Ronaldo shines in the spotlight
ESPN FC's network of correspondents are dedicated to bringing you the best news and features from around the globe, and here are some of their favourite moments from 2012.
• Ian Holyman, France Correspondent
I'd interviewed Lionel Messi in Prague earlier in the season, a meeting impressive only for its brevity and his banality. Could there be a more ordinary football genius? Three quick questions and a cheeky wink for my pidgin Spanish and he was off, leaving me to reflect on just how small he really is.
Later in the season, when Barcelona played at Leverkusen, I even deliberately avoided the scrum - and I mean scrum - to get a few crumbs of cliche from the Argentine maestro.
The anti-Messi is, of course, Cristiano Ronaldo. When it comes to their largely media-fuelled duel, there is certainly room for debate on the pitch. Off it, there is none. While Messi would go unnoticed on any street were he not heavenly gifted, Ronaldo, tall, damned handsome and cut like a 24-carat diamond, has all the 'normal person' quality of a Madame Tussaud's waxwork.
I had never seen Ronaldo play in person, but - like everyone else - had my ideas and pre-ordained notions about the footballer and the man. On the former, those were rather favourable; on the latter, the jury was out until he and I had been within shouting distance of each other.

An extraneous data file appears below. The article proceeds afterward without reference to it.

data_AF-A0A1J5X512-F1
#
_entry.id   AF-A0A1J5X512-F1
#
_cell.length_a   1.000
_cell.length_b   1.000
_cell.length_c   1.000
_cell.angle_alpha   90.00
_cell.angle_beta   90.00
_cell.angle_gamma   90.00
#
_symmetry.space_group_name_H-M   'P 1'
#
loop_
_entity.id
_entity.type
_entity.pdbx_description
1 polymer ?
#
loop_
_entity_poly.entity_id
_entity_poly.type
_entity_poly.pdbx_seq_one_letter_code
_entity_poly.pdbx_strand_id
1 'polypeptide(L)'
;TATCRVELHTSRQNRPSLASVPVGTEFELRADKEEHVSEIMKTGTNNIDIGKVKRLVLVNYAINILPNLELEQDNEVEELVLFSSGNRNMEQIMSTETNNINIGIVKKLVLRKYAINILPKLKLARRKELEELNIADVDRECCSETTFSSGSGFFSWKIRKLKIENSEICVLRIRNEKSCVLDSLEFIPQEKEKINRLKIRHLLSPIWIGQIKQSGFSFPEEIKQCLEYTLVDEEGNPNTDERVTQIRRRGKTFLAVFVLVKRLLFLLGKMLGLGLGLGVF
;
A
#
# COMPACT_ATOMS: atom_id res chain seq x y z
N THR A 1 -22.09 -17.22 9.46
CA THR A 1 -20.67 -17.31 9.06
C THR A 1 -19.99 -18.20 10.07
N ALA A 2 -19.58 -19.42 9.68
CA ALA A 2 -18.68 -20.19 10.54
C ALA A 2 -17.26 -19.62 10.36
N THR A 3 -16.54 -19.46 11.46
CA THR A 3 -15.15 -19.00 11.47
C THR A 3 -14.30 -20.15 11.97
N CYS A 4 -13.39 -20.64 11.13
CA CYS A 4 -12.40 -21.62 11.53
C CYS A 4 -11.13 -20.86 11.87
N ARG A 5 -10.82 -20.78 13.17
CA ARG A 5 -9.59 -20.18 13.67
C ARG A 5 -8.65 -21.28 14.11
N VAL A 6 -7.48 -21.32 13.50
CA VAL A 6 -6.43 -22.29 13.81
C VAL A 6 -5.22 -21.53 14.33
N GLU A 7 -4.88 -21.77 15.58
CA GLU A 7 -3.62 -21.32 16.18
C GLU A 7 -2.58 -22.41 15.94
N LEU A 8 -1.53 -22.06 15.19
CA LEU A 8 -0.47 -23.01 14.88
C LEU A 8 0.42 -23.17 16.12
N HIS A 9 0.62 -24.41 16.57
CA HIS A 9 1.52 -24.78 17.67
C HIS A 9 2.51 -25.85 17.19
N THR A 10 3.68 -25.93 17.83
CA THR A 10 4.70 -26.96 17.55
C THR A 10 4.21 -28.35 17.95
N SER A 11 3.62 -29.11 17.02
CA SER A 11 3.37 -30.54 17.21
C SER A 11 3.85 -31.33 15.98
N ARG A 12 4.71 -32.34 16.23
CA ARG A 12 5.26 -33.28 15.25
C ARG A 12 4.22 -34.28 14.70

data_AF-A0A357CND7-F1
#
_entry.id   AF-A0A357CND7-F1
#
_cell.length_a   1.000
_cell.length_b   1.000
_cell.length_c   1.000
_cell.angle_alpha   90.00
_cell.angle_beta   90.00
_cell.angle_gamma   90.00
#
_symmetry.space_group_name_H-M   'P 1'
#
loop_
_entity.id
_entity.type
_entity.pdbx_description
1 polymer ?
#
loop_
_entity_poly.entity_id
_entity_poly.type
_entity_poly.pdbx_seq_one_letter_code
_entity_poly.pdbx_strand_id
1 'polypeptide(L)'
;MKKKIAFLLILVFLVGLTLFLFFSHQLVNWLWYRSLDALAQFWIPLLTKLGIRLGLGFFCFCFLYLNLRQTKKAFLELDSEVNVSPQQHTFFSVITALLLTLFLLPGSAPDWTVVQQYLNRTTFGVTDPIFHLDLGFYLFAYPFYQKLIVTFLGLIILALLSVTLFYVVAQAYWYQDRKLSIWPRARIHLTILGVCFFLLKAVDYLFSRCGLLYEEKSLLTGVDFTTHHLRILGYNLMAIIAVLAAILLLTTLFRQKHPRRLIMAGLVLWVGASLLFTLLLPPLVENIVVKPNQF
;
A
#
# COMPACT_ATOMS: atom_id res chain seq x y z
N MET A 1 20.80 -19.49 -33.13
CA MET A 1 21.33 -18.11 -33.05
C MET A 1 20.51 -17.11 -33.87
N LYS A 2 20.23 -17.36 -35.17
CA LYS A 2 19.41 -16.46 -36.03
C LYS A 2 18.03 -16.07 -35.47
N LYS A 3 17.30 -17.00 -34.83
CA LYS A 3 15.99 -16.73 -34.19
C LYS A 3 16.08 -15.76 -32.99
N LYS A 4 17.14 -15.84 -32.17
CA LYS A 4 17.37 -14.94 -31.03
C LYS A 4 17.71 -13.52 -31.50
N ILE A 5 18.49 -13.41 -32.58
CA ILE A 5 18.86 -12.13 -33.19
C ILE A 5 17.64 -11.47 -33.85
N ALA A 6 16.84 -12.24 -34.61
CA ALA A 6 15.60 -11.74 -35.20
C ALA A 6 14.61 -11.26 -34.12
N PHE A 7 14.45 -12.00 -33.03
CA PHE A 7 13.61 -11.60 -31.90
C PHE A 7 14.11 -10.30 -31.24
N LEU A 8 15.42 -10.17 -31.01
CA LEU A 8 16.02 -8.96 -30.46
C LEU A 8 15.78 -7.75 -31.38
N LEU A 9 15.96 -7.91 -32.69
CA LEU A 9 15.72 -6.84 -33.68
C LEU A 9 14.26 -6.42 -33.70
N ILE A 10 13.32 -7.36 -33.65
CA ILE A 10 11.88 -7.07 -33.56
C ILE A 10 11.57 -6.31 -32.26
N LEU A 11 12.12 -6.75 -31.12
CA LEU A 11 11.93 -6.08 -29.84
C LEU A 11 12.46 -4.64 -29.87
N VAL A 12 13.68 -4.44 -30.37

As you can see, we journalists like to keep an open mind until we've at least had the chance to have our eyes stung by the pungent whiff of a superstar's post-match aftershave in the hurly-burly of the mixed zone.
Sadly, that still hasn't happened, but at least I did get to see him live at Euro 2012 in Portugal's quarter-final against Czech Republic. Heading to the stadium in Warsaw, I was genuinely enthused by the prospect of watching a unique talent. I was not disappointed. One moment, when he took the ball with his back to goal, controlled it and turned 180° in a single, balletic movement, was so filled with outrageous talent that I gasped.
The Czechs clearly knew he was going to be a problem, with five of them hanging off him as he burst forward on one occasion, while one of THOSE free-kicks also hit a post with Petr Cech beaten. When his movement and anticipation got him in front of Theodor Gebre Selassie to head the only goal of the game, I was sold - the boy can play football (as if he needs my seal of approval).
The other noticeable thing was that he takes his football deadly seriously. Only after he had scored did he finally smile, but it was a different story after the game.
Having joined a large group of journalists for the post-match press conference, I sat bemused at the arrival of Ronaldo to pick up the Man of the Match award. Dressed in a pristine, blindingly white, perhaps even bespoke Portugal team tracksuit, the Real Madrid man strolled in without a hair out of place, and - though I was not close enough to get proof of this - no doubt reeking of some masculine fragrance.
I may not have noticed that even if had been near him, because I was transfixed by his smile. It was the most remarkable expression. It did not move throughout the ceremony, his brilliant white teeth clenched in a permanent but slightly disturbing expression, like a ventriloquist's dummy that may or may not exhibit some darker tendencies a psychologist could explain further.
Would the great man speak? No, not a chance - he scurried off with his trophy. Perhaps, given all the lights trained on him up on that stage, he feared he might melt.